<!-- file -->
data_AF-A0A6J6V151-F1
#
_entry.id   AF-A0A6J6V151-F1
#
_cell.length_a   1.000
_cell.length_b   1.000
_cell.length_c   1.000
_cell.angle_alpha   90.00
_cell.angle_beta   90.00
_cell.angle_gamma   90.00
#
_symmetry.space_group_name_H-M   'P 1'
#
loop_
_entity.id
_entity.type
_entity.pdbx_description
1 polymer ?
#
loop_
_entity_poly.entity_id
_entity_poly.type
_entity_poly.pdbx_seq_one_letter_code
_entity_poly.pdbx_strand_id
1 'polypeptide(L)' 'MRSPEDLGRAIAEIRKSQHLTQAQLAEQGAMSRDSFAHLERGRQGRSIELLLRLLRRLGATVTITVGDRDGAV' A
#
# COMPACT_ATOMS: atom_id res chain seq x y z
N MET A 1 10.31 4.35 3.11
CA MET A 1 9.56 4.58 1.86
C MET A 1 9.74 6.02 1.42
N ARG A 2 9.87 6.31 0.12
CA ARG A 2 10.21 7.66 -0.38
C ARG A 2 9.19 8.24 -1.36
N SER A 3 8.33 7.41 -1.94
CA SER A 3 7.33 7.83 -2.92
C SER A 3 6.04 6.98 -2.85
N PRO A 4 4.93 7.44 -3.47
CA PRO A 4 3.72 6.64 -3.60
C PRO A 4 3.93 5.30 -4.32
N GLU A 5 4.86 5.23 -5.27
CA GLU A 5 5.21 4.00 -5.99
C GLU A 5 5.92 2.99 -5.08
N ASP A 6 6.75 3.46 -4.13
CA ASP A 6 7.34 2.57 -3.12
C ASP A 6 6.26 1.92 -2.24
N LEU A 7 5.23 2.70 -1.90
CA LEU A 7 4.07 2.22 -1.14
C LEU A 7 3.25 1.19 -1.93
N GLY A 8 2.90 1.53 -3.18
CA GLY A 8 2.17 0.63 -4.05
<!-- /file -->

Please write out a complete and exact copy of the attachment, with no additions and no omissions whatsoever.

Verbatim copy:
data_AF-A0A6J6V151-F1
#
_entry.id   AF-A0A6J6V151-F1
#
_cell.length_a   1.000
_cell.length_b   1.000
_cell.length_c   1.000
_cell.angle_alpha   90.00
_cell.angle_beta   90.00
_cell.angle_gamma   90.00
#
_symmetry.space_group_name_H-M   'P 1'
#
loop_
_entity.id
_entity.type
_entity.pdbx_description
1 polymer ?
#
loop_
_entity_poly.entity_id
_entity_poly.type
_entity_poly.pdbx_seq_one_letter_code
_entity_poly.pdbx_strand_id
1 'polypeptide(L)' 'MRSPEDLGRAIAEIRKSQHLTQAQLAEQGAMSRDSFAHLERGRQGRSIELLLRLLRRLGATVTITVGDRDGAV' A
#
# COMPACT_ATOMS: atom_id res chain seq x y z
N MET A 1 10.31 4.35 3.11
CA MET A 1 9.56 4.58 1.86
C MET A 1 9.74 6.02 1.42
N ARG A 2 9.87 6.31 0.12
CA ARG A 2 10.21 7.66 -0.38
C ARG A 2 9.19 8.24 -1.36
N SER A 3 8.33 7.41 -1.94
CA SER A 3 7.33 7.83 -2.92
C SER A 3 6.04 6.98 -2.85
N PRO A 4 4.93 7.44 -3.47
CA PRO A 4 3.72 6.64 -3.60
C PRO A 4 3.93 5.30 -4.32
N GLU A 5 4.86 5.23 -5.27
CA GLU A 5 5.21 4.00 -5.99
C GLU A 5 5.92 2.99 -5.08
N ASP A 6 6.75 3.46 -4.13
CA ASP A 6 7.34 2.57 -3.12
C ASP A 6 6.26 1.92 -2.24
N LEU A 7 5.23 2.70 -1.90
CA LEU A 7 4.07 2.22 -1.14
C LEU A 7 3.25 1.19 -1.93
N GLY A 8 2.90 1.53 -3.18
CA GLY A 8 2.17 0.63 -4.05